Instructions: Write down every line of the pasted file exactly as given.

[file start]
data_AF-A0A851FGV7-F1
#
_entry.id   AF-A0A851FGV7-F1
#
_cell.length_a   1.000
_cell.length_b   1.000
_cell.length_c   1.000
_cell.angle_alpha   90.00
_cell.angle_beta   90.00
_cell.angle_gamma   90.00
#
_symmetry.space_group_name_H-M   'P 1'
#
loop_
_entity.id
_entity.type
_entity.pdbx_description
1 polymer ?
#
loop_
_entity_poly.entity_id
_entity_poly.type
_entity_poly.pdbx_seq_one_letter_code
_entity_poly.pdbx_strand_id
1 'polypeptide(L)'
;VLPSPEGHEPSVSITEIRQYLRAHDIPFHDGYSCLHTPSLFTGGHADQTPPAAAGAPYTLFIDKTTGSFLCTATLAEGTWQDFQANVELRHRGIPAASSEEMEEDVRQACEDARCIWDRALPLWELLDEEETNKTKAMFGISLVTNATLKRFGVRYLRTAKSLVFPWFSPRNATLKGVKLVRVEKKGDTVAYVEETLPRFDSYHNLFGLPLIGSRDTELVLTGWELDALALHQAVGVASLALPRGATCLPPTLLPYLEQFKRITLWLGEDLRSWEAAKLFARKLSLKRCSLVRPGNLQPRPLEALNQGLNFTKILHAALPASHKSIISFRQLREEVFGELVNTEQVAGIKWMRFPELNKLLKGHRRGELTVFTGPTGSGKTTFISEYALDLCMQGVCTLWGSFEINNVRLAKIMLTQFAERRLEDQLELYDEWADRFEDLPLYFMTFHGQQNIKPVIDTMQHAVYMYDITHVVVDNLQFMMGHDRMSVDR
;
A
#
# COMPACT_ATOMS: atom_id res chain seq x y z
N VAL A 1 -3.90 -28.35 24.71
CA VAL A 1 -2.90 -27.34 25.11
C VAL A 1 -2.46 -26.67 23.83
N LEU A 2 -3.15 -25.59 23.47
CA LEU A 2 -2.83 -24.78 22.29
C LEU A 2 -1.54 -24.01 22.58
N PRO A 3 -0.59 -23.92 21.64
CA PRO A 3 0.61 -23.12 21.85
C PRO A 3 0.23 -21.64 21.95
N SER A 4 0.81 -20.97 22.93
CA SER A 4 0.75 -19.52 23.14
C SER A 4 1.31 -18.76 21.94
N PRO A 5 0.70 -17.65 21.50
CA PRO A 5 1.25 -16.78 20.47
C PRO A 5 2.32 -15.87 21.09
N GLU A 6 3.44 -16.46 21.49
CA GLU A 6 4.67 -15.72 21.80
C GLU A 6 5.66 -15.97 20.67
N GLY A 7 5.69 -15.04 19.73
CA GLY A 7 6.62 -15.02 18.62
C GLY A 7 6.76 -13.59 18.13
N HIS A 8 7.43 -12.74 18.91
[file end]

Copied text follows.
data_AF-A0A851FGV7-F1
#
_entry.id   AF-A0A851FGV7-F1
#
_cell.length_a   1.000
_cell.length_b   1.000
_cell.length_c   1.000
_cell.angle_alpha   90.00
_cell.angle_beta   90.00
_cell.angle_gamma   90.00
#
_symmetry.space_group_name_H-M   'P 1'
#
loop_
_entity.id
_entity.type
_entity.pdbx_description
1 polymer ?
#
loop_
_entity_poly.entity_id
_entity_poly.type
_entity_poly.pdbx_seq_one_letter_code
_entity_poly.pdbx_strand_id
1 'polypeptide(L)'
;VLPSPEGHEPSVSITEIRQYLRAHDIPFHDGYSCLHTPSLFTGGHADQTPPAAAGAPYTLFIDKTTGSFLCTATLAEGTWQDFQANVELRHRGIPAASSEEMEEDVRQACEDARCIWDRALPLWELLDEEETNKTKAMFGISLVTNATLKRFGVRYLRTAKSLVFPWFSPRNATLKGVKLVRVEKKGDTVAYVEETLPRFDSYHNLFGLPLIGSRDTELVLTGWELDALALHQAVGVASLALPRGATCLPPTLLPYLEQFKRITLWLGEDLRSWEAAKLFARKLSLKRCSLVRPGNLQPRPLEALNQGLNFTKILHAALPASHKSIISFRQLREEVFGELVNTEQVAGIKWMRFPELNKLLKGHRRGELTVFTGPTGSGKTTFISEYALDLCMQGVCTLWGSFEINNVRLAKIMLTQFAERRLEDQLELYDEWADRFEDLPLYFMTFHGQQNIKPVIDTMQHAVYMYDITHVVVDNLQFMMGHDRMSVDR
;
A
#
# COMPACT_ATOMS: atom_id res chain seq x y z
N VAL A 1 -3.90 -28.35 24.71
CA VAL A 1 -2.90 -27.34 25.11
C VAL A 1 -2.46 -26.67 23.83
N LEU A 2 -3.15 -25.59 23.47
CA LEU A 2 -2.83 -24.78 22.29
C LEU A 2 -1.54 -24.01 22.58
N PRO A 3 -0.59 -23.92 21.64
CA PRO A 3 0.61 -23.12 21.85
C PRO A 3 0.23 -21.64 21.95
N SER A 4 0.81 -20.97 22.93
CA SER A 4 0.75 -19.52 23.14
C SER A 4 1.31 -18.76 21.94
N PRO A 5 0.70 -17.65 21.50
CA PRO A 5 1.25 -16.78 20.47
C PRO A 5 2.32 -15.87 21.09
N GLU A 6 3.44 -16.46 21.49
CA GLU A 6 4.67 -15.72 21.80
C GLU A 6 5.66 -15.97 20.67
N GLY A 7 5.69 -15.04 19.73
CA GLY A 7 6.62 -15.02 18.62
C GLY A 7 6.76 -13.59 18.13
N HIS A 8 7.43 -12.74 18.91